Playing a No. 2 seed is already daunting enough for a No. 15 seed, but Saint Peter’s had the added challenge of facing Kentucky in Indianapolis (just three hours from Lexington). Kevin Sweeney was in the building and came away impressed by the Peacocks’ fearlessness:
“Saint Peter’s brought the fight to Kentucky from the opening tip. While clearly undersized, the Peacocks had no fear going up against one of the nation’s most imposing front lines. Two fouls in the first two minutes on second-leading scorer and top defender KC Ndefo didn’t phase them. Scoring two points before the game’s first media timeout? Didn’t phase them. Neither did big dunks by Jacob Toppin or loud roars from the Kentucky crowd. Saint Peter’s kept getting knocked down and kept picking itself up off the mat.”
The party was on in Jersey City after the final buzzer in overtime. Across the rest of the country, millions of people mourned their busted brackets. After the Saint Peter’s win, only 743 of the more than 17 million brackets submitted to ESPN remained perfect—and that was with six games still left to finish the day’s slate. Only 743 people correctly picked all 10 of the games played to that point. This morning, with all 16 games in the books, only 14 perfect brackets remain in Yahoo’s game.
The best of Sports Illustrated
As Ben mentioned above, Emma wrote today’s Daily Cover about how people in women’s basketball think the changes to make the tournaments more equitable were long overdue:
“On the one hand, you’re like, Thank you. You know, the players don’t have to feel less-than in those areas anymore, so you do want to say thank you,” says UCLA women’s basketball coach Cori Close. “And on the other hand, you want to go, Really? Like, really, it took a major crisis and millions of dollars spent on analysis to come up with, We need to treat them the same?”
Ben also wrote about the Florida women’s team’s journey back to the NCAA tournament. … Kevin Sweeney was in Indianapolis for Michigan’s big comeback against Colorado State, sparked by an unlikely hero. … Rohan Nadkarni examines the impact Stephen Curry’s injury will have on the NBA playoff picture.
Around the Sports World
Penn swimmer Lia Thomas is the first openly trans athlete to win a Division-I championship. … The Packers are reportedly trading Davante Adams to the Raiders, where he’s expected to sign a big contract. … Baker Mayfield has requested a trade but the Browns don’t plan on moving him, according to Albert Breer. … A missed call helped Richmond secure its upset over Iowa. … Another blown call thwarted South Dakota State’s upset bid against Providence. … The draw for the UEFA men’s Champions League was conducted this morning.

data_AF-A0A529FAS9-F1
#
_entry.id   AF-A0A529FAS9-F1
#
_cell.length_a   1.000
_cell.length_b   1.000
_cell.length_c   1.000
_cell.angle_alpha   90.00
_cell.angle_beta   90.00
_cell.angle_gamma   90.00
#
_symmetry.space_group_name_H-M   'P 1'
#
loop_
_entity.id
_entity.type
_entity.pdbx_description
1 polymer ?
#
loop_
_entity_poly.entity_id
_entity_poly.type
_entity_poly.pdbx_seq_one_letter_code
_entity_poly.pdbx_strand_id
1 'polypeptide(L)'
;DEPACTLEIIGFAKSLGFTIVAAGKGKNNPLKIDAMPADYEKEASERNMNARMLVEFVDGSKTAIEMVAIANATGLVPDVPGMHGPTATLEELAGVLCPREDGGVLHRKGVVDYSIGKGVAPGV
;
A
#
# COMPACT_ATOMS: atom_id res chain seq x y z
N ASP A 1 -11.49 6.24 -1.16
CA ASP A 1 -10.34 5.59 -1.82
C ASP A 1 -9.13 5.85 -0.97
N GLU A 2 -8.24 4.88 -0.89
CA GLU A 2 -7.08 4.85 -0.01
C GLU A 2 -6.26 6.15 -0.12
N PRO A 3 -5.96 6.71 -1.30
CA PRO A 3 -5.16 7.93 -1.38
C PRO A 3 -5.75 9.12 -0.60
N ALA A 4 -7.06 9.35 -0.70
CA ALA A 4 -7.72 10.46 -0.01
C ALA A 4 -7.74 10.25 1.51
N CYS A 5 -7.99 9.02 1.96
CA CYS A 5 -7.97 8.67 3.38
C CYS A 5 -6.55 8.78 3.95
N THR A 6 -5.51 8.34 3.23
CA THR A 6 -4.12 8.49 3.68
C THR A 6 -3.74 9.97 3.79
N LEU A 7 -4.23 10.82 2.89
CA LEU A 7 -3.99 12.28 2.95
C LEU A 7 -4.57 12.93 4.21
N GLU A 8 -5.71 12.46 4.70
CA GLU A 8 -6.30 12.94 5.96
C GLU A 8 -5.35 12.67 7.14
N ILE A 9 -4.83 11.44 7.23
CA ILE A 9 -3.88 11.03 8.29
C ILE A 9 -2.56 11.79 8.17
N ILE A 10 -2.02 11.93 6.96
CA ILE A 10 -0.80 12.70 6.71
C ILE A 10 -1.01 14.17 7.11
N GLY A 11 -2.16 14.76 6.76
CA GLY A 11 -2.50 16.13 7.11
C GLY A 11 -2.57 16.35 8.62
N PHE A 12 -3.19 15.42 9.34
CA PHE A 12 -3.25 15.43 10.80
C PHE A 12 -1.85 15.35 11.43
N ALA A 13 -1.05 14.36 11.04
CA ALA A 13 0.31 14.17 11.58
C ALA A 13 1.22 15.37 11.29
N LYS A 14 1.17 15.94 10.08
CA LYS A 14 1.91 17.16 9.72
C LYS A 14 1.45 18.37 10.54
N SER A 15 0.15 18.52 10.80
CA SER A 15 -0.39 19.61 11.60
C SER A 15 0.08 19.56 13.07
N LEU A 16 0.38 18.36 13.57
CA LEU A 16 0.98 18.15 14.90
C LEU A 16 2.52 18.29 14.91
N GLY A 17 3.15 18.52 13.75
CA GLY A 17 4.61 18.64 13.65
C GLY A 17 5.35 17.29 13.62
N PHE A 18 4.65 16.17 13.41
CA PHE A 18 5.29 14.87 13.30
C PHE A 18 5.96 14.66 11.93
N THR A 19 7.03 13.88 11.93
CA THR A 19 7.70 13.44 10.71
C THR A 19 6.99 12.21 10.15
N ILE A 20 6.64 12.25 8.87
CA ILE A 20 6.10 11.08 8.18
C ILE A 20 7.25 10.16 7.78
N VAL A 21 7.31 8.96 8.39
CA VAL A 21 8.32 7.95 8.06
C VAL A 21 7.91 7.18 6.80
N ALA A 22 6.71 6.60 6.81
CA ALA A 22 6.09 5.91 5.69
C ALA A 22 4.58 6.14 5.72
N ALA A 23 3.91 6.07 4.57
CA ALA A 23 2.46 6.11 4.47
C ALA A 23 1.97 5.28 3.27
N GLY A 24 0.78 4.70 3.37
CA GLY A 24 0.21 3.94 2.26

The top five…
… individual performances from last night:
5. An Indiana cheerleader who retrieves a ball that got stuck on the backboard
4. Gonzaga’s Chet Holmgren against Georgia State: 19 points, 17 rebounds, seven blocks
3. Longwood’s Akila Smith scores 32 in the Lancers’ women’s First Four win over Mount St. Mary’s
2. New Mexico State’s Teddy Allen scores 37 points in the No. 12 seed Aggies’ upset over No. 5 UConn
1. Pistons’ Saddiq Bey: 51 points on 17-of-27 shooting (10-of-14 from three), adding to the NBA’s list of recent 50-point games
On this day in 1942, five years before breaking baseball’s color barrier, Jackie Robinson tried out with which MLB team?
- White Sox
Check Monday’s newsletter for the answer.
Yesterday’s SIQ: When did Notre Dame officially adopt the Fighting Irish nickname?
Answer: 1927. According to the school, the earliest recorded instance of the nickname being applied to Notre Dame is from an 1899 game against Northwestern in Evanston when fans of the home team started derisively chanting “Kill the Fighting Irish!”
An alternate origin story says that an unnamed Notre Dame player attempted to inspire his teammates (many of them of Irish descent) during halftime of the 1909 game against Michigan by saying, “What’s the matter with you guys? You’re all Irish and you’re not fighting worth a lick.”
One more version says the football team was named after the Irish immigrants who fought for the Union in the Civil War. The chaplain of one regiment of Irishmen from New York was Rev. William Corby, who went on to become the third president of Notre Dame.
Whatever the origin, the nickname is said to have been popularized by Éamon de Valera’s 1919 visit to the Notre Dame campus. An Irish freedom fighter and leader of the ’16 Easter Rising, de Valera would later become the third president of Ireland. His visit to South Bend, to drum up support and funds for the fight against British rule, galvanized support for the Fighting Irish nickname. More than 100 years later, it remains synonymous with the school.
From the Vault: March 18, 1968
Judging solely by the cover of this issue, I assumed the accompanying story would be trying to contextualize the greatness of future Hall of Famer Bill Bradley. Boy, was I wrong. The subheadline on the article inside says Bradley “often plays poorly—when he is not on the bench.”
For some context, Bradley averaged 30.2 points per game in three seasons at Princeton (freshmen weren’t allowed to play varsity back then), winning three Ivy League titles and reaching one Final Four. The Knicks took advantage of the last year of territorial draft picks—and being ever so slightly closer to Princeton than the 76ers—to pick up Bradley in 1965. But his NBA debut would have to wait until after he completed his Rhodes scholarship at Oxford. (While studying in England, Bradley traveled to Italy regularly to play professionally for Olimpia Milano.)
Bradley was finally able to join the Knicks in December 1967 after being discharged from the Air Force. He played 10 games and then got hit by a car, which caused him to miss six games. (He wasn’t seriously injured.)
So it should be understandable that Bradley wasn’t an instant star in the NBA, but observers were impatient and wondered if the consensus College Player of the Year would ever live up to the hype. Kirkpatrick was not shy to point out the flaws in Bradley’s game (off-ball movement and “all the phases of defense”) but he concluded that Bradley would eventually “control his team in a way that will make New York a vital force for years to come.”
Ultimately, the biggest problem for Bradley was that he was playing out of position. A natural small forward, he was playing at guard. That seems to be a result of some outdated thinking about guys Bradley’s size. (“One of the toughest obstacles that Bradley has had to contend with is, of course, his size,” Kirkpatrick wrote. “At 6′ 5″ he is an in-between player—too big for the back-court and too small for the corner.”)
These days, we’d call a guy like Bradley a swingman. In the late ’60s, according to Kirkpatrick, they were known as “bastard” forwards. Whatever you want to call him, Bradley was deployed at his usual position in future years and had an excellent 10-year career before retiring and getting into politics.
Check out more of SI’s archives and historic images at vault.si.com.